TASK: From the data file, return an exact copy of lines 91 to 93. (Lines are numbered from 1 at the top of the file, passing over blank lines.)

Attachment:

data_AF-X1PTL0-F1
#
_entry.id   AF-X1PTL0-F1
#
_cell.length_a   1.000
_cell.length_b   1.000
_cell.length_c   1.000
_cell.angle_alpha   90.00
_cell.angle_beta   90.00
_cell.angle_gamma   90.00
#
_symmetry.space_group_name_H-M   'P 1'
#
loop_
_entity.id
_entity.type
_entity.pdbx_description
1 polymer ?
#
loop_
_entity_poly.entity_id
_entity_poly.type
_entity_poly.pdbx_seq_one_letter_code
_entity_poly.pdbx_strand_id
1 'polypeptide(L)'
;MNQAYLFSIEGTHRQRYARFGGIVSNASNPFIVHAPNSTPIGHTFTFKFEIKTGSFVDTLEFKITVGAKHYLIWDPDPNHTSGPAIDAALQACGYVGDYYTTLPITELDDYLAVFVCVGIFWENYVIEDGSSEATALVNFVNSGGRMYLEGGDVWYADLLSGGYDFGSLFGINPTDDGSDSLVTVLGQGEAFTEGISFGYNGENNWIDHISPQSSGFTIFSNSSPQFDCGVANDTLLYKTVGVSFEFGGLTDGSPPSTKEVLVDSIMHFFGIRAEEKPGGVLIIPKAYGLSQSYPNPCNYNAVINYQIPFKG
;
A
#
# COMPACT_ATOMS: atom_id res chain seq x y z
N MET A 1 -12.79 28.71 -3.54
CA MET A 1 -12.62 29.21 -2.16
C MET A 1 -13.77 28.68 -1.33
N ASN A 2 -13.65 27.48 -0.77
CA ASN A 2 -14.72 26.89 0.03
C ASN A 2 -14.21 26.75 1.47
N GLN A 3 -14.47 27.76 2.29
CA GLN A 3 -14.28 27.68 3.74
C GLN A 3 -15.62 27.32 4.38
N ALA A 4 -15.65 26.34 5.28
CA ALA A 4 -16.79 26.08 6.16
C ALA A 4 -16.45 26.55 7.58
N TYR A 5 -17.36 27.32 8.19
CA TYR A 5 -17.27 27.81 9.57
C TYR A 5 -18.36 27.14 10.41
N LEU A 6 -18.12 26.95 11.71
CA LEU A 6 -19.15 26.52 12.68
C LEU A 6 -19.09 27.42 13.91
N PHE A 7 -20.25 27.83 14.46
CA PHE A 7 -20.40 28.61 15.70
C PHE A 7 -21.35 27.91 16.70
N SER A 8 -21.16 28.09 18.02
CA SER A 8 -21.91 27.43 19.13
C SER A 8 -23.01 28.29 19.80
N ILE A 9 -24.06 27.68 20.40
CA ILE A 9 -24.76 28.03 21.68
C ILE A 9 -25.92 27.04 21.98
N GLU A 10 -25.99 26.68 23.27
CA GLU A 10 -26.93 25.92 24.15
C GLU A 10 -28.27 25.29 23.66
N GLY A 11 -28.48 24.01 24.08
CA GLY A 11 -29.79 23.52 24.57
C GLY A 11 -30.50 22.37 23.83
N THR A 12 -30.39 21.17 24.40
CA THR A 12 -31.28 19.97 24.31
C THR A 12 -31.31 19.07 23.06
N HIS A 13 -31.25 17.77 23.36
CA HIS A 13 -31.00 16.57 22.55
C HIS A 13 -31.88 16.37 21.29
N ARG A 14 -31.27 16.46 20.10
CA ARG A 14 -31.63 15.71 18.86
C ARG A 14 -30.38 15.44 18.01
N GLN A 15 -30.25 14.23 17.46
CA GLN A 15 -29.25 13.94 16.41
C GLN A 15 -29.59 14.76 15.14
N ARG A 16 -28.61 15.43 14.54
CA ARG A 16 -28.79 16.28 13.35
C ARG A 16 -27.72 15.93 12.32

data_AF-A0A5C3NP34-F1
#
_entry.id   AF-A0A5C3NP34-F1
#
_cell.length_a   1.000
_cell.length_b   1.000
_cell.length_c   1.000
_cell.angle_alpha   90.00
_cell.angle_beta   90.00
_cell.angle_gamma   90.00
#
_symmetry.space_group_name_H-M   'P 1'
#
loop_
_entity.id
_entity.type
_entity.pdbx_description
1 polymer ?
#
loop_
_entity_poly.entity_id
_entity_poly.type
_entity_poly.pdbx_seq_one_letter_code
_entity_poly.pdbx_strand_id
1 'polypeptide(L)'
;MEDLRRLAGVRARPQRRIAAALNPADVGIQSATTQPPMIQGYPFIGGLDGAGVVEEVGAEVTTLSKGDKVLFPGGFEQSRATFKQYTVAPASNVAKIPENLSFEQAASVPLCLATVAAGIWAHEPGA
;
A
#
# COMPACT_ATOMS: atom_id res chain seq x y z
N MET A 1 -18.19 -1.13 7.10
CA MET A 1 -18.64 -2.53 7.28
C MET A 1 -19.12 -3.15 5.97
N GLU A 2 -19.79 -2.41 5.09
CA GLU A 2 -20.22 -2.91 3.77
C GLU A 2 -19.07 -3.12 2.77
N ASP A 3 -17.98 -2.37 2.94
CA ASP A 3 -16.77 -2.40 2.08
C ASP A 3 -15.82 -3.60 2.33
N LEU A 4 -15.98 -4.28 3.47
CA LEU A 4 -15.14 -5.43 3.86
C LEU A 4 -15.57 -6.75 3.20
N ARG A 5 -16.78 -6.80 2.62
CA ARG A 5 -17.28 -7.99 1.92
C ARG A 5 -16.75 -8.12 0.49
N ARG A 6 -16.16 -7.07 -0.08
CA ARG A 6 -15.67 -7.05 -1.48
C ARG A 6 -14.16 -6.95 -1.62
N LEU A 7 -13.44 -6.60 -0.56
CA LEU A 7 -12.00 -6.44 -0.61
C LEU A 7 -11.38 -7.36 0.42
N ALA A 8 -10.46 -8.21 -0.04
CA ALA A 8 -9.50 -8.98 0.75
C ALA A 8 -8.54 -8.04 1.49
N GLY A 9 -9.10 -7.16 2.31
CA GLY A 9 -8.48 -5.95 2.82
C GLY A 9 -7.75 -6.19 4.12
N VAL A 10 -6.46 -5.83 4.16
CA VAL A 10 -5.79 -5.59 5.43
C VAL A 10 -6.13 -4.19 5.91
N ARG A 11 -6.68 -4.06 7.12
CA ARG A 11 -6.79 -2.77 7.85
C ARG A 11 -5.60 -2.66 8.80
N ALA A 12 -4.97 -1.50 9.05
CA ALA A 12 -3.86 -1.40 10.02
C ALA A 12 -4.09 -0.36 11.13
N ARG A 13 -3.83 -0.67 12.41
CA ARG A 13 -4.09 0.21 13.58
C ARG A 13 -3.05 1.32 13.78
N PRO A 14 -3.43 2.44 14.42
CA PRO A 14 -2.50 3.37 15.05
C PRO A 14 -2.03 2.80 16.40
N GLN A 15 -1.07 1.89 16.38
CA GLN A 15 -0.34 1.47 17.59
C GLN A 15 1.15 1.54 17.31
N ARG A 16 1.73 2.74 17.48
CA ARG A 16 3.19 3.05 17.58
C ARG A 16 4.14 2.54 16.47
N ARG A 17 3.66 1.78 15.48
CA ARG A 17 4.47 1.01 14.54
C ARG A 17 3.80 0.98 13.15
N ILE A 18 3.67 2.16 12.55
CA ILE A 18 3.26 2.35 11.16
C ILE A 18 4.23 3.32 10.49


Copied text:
#
loop_
_entity.id